About this Map
The Tree Equity Score is an indicator of whether or not there are enough trees in a neighborhood, in this case a higher number is better, indicating greater tree equity. This map shows the Tree Equity Score for Denver and the surrounding front range, and allows a measure of historic redlining (HOLC score) to be visualized.
About the Tree Equity Score and HOLC Score
Tree Equity Score: The Tree Equity Score is designed to highlight which neighborhoods need more trees the most, and is determined by the combination of environmental and social measures. The score is made up of two parts, the first compares existing tree coverage compared to the tree coverage goal for the neighborhood. The second part of the Tree Equity Score calculates the priority for each neighborhood using race, income, employment, age, heat island severity, and health. These parts are combined to create a single number that ranges from 0 to 100, with 100 being the most equitable for tree coverage. You can learn more at https://treeequityscore.org/.
Home Owner Loan Corporation (HOLC) Score : In the 1930's the Home Owner Loan Corporation created maps of US cities showing the perceived level of risk for home loans. Neighborhoods were given color coded grades: A (best, green), B (still desirable, blue), C (declining, yellow), or D (hazardous, red). Neighborhoods home to people of color, immigrants, and other minority groups were often assigned D (hazardous, red), while affluent, majority white neighborhoods were assigned A (best, green) or B (still desirable, blue). Banks used these grades to deny people of color and other minority populations from accessing home loans based on where they lived, effectively preventing investment in these neighborhoods. This practice has become known as redlining (due to neighborhoods of color being red on the maps) and is considered an element of structural racism. Redlining was made illegal in 1968, but effects of the lack of investment is still present in communities of color today. You can learn more about redlining at https://ncrc.org/holc/.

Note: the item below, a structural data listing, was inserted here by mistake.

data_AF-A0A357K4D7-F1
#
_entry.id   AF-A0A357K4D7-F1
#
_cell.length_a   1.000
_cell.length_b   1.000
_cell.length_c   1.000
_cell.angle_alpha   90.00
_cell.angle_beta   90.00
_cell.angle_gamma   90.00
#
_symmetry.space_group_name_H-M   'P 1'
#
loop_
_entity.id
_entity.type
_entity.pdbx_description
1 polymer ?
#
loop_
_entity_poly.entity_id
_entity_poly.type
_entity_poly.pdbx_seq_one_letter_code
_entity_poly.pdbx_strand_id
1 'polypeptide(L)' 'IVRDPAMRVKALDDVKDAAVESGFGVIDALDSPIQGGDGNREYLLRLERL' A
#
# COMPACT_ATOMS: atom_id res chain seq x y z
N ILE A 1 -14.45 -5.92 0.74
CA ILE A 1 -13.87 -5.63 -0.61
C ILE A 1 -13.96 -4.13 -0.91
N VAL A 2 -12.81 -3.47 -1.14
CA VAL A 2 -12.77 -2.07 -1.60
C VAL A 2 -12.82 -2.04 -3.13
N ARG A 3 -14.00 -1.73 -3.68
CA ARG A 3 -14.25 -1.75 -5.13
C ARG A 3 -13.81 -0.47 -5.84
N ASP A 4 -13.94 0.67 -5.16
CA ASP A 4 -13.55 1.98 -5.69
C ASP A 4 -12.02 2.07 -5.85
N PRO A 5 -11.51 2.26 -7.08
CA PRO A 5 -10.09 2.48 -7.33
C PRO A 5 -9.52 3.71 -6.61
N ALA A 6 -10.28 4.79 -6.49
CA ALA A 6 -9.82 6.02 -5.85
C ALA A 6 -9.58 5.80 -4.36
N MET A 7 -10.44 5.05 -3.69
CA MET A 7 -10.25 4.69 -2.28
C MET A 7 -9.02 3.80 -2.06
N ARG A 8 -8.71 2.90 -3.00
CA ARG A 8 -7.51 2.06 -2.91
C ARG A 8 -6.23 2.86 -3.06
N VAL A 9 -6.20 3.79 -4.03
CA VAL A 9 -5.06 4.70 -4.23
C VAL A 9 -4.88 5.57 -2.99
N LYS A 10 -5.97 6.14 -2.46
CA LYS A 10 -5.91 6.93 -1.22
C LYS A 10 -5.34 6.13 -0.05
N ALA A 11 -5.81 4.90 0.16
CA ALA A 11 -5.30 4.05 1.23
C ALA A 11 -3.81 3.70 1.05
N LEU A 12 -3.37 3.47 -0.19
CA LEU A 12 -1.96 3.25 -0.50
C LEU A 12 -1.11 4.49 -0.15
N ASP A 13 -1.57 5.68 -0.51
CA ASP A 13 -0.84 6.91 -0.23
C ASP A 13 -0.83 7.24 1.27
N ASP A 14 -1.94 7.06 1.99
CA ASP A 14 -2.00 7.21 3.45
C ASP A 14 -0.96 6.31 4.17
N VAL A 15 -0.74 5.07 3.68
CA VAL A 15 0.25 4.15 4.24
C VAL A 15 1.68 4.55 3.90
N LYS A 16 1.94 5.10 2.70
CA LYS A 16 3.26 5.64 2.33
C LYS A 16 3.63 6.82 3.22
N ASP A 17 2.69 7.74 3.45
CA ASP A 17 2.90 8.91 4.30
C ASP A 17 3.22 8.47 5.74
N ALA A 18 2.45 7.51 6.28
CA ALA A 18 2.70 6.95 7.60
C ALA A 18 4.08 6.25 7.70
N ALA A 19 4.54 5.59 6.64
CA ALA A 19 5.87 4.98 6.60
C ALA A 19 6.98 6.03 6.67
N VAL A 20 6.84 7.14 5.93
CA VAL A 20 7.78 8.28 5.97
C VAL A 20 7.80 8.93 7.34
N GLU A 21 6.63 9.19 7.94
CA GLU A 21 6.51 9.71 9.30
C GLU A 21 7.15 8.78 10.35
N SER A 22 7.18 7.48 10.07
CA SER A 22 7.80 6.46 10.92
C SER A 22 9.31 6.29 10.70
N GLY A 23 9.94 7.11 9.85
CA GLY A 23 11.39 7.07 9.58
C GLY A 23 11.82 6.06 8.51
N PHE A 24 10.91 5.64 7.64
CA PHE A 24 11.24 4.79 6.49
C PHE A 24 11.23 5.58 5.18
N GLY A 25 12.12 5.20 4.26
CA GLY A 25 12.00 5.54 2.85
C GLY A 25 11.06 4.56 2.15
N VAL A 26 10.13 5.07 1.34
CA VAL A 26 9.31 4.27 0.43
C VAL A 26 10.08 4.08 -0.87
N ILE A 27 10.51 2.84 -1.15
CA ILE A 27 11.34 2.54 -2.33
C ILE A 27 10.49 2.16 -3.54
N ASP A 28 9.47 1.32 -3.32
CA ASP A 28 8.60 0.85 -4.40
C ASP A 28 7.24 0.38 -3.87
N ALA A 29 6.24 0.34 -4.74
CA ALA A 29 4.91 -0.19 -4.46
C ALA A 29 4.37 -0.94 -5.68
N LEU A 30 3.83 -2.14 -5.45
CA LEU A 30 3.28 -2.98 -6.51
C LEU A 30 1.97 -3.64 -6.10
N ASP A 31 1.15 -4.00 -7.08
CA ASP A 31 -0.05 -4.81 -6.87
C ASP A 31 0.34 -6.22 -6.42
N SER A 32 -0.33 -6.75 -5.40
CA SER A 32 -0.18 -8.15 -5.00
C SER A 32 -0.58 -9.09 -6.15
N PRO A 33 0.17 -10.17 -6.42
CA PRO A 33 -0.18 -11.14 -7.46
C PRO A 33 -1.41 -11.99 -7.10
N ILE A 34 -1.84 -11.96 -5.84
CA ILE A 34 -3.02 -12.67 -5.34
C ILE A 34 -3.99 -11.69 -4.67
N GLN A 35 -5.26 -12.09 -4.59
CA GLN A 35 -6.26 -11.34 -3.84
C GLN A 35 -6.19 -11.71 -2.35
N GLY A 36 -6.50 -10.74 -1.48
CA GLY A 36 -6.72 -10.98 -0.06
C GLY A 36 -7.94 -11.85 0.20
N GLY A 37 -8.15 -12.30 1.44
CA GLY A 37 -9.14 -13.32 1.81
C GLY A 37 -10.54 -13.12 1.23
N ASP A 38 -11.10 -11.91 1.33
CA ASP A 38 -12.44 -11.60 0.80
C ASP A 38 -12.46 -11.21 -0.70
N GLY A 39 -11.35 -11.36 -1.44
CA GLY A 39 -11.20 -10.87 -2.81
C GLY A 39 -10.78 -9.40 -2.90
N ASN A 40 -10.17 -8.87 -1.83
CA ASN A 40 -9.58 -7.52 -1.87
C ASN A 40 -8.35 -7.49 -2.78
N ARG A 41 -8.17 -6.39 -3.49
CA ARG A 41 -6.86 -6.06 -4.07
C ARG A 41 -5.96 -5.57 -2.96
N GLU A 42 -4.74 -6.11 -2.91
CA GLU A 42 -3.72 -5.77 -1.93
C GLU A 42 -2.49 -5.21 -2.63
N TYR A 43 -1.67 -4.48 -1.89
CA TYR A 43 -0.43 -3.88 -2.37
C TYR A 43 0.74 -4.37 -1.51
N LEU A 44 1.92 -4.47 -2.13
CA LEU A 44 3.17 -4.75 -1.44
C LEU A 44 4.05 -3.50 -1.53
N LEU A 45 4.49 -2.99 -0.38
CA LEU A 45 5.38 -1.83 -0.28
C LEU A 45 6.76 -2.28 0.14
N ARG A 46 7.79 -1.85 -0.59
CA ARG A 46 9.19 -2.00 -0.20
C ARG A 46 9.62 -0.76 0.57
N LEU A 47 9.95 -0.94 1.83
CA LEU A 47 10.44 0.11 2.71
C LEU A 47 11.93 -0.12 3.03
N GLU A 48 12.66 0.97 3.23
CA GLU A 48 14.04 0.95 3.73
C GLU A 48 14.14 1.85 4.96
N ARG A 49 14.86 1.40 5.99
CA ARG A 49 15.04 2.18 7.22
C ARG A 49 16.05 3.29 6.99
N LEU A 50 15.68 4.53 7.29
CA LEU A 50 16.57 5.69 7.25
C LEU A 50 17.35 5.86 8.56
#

Use this map to compare tree equity between neighborhoods in Denver.
Switching to the HOLC scores shows that historically redlined neighborhoods tend to have a lower tree equity score.